Retiring Arizona Prison Watch...

This site was originally started in July 2009 as an independent endeavor to monitor conditions in Arizona's criminal justice system, as well as offer some critical analysis of the prison industrial complex from a prison abolitionist/anarchist's perspective. It was begun in the aftermath of the death of Marcia Powell, a 48 year old AZ state prisoner who was left in an outdoor cage in the desert sun for over four hours while on a 10-minute suicide watch. That was at ASPC-Perryville, in Goodyear, AZ, in May 2009.

Marcia, a seriously mentally ill woman with a meth habit sentenced to the minimum mandatory 27 months in prison for prostitution was already deemed by society as disposable. She was therefore easily ignored by numerous prison officers as she pleaded for water and relief from the sun for four hours. She was ultimately found collapsed in her own feces, with second degree burns on her body, her organs failing, and her body exceeding the 108 degrees the thermometer would record. 16 officers and staff were disciplined for her death, but no one was ever prosecuted for her homicide. Her story is here.

Marcia's death and this blog compelled me to work for the next 5 1/2 years to document and challenge the prison industrial complex in AZ, most specifically as manifested in the Arizona Department of Corrections. I corresponded with over 1,000 prisoners in that time, as well as many of their loved ones, offering all what resources I could find for fighting the AZ DOC themselves - most regarding their health or matters of personal safety.

I also began to work with the survivors of prison violence, as I often heard from the loved ones of the dead, and learned their stories. During that time I memorialized the Ghosts of Jan Brewer - state prisoners under her regime who were lost to neglect, suicide or violence - across the city's sidewalks in large chalk murals. Some of that art is here.

In November 2014 I left Phoenix abruptly to care for my family. By early 2015 I was no longer keeping up this blog site, save occasional posts about a young prisoner in solitary confinement in Arpaio's jail, Jessie B.

I'm deeply grateful to the prisoners who educated, confided in, and encouraged me throughout the years I did this work. My life has been made all the more rich and meaningful by their engagement.

I've linked to some posts about advocating for state prisoner health and safety to the right, as well as other resources for families and friends. If you are in need of additional assistance fighting the prison industrial complex in Arizona - or if you care to offer some aid to the cause - please contact the Phoenix Anarchist Black Cross at PO Box 7241 / Tempe, AZ 85281.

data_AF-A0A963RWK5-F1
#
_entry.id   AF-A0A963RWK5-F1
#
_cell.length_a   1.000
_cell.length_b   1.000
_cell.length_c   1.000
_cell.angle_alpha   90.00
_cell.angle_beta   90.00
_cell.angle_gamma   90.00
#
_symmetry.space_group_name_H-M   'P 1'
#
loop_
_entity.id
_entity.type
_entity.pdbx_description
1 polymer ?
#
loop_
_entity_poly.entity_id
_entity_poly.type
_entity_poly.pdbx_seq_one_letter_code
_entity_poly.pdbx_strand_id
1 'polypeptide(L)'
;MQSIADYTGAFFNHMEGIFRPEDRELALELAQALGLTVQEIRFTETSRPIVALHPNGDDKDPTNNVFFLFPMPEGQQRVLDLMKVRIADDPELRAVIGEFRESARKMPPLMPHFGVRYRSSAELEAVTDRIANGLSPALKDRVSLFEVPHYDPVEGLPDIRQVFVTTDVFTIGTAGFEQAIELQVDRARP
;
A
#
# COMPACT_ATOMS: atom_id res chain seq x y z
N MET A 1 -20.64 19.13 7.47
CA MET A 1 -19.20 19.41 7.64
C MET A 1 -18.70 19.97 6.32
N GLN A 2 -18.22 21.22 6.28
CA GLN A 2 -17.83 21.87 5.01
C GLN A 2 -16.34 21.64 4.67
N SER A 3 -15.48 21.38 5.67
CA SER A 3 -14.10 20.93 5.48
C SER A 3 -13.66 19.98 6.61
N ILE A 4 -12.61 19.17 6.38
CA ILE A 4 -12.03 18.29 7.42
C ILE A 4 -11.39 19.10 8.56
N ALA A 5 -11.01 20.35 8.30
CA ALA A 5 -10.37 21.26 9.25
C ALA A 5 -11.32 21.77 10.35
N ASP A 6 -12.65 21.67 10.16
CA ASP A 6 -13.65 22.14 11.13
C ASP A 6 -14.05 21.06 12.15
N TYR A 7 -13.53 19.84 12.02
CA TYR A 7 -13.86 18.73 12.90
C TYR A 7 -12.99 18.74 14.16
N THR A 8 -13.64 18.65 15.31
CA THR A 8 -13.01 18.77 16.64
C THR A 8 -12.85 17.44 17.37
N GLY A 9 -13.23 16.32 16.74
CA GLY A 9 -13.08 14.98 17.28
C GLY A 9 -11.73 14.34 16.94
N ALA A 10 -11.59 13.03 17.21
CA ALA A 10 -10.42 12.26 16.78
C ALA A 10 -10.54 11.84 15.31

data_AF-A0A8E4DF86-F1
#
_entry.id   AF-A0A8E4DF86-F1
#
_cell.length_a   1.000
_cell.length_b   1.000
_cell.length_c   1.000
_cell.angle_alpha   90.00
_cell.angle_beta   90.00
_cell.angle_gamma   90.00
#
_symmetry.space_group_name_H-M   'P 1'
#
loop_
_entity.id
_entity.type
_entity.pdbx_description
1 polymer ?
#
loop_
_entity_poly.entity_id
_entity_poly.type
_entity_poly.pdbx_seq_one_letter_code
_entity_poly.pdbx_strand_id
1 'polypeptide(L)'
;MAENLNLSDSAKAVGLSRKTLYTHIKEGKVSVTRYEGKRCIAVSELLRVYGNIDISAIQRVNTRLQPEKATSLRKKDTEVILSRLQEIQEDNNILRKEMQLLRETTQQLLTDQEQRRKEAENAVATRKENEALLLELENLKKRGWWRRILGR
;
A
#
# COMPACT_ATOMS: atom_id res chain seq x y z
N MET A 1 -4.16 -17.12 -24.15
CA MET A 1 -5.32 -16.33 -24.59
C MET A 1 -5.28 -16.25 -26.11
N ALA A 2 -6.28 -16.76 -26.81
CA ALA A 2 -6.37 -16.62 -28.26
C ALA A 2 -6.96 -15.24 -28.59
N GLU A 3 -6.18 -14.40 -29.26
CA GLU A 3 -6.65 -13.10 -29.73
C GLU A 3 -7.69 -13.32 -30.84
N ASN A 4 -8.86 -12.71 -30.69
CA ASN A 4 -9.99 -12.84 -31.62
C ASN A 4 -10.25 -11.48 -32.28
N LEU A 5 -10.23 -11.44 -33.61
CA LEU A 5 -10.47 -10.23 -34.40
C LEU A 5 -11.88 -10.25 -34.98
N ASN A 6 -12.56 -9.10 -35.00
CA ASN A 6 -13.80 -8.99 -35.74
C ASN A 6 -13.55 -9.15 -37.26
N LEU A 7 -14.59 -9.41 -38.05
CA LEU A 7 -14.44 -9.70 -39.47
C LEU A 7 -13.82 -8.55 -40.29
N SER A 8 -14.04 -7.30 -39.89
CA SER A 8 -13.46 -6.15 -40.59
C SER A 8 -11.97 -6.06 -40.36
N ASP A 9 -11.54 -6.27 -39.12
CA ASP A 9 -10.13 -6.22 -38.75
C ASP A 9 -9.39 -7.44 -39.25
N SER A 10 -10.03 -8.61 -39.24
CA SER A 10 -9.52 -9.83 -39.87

until all are free -

MARGARET J PLEWS (June 1, 2015)


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Thursday, November 26, 2009

Chaparral: No Borders or Prison Walls

This is a recent post from one of my favorite valley bloggers on immigration - I was just going to put part of it here and make you retrieve the rest, but it breaks the flow, so read the whole thing here or there - in any event, check out her blog. I subscribe. Here's the lead-in:

Chaparral respects no borders

Based in Maricopa County, I mostly analyze the news and the activism and organizing around immigration. Often discussing Sheriff Joe Arpaio, legislators like Russell Pearce, the police in general, as well as federal players, I touch on racism, abuse, and other injustices. I have a heavy emphasis on truly having solidarity with migrants and pushing for the movement to not lose sight of this focus.


Here's the post for 11/23/09:
What Happens When Arpaio Serves the Warrants

Because Sheriff Arpaio has been targeting migrants who are just driving, waiting for work, or working, activists have reacted by pointing out that the sheriff has not been serving 40,000 open warrants. Now the Maricopa County Sheriff's Department is serving warrants... in Guadalupe.

As an example of the focus on warrants, a press release from no specific organization but about "Leaders from the civil rights and Latino communities" came out in March 2008 saying,
The people are entitled to have a true lawman for Sheriff, someone who goes after real criminals, not gardeners, cooks, nannies and pregnant mothers. America’s “toughest sheriff” must stop making mothers and fathers disappear in the middle of the night, callously leaving vulnerable, terrorized children at home alone. He can turn a new leaf and start protecting the public by serving the county’s 70,000 arrest warrants that he has allowed to remain outstanding.
If you went to a protest against Arpaio in 2008 or early 2009, you likely would've seen a reference to the warrants on some signs. Often they would be referenced by groups such as the Maricopa Citizens for Safety and Accountability. While the warrants have been discussed very little since the Senate hearing on the issue, you will occasionally still hear the warrants brought up.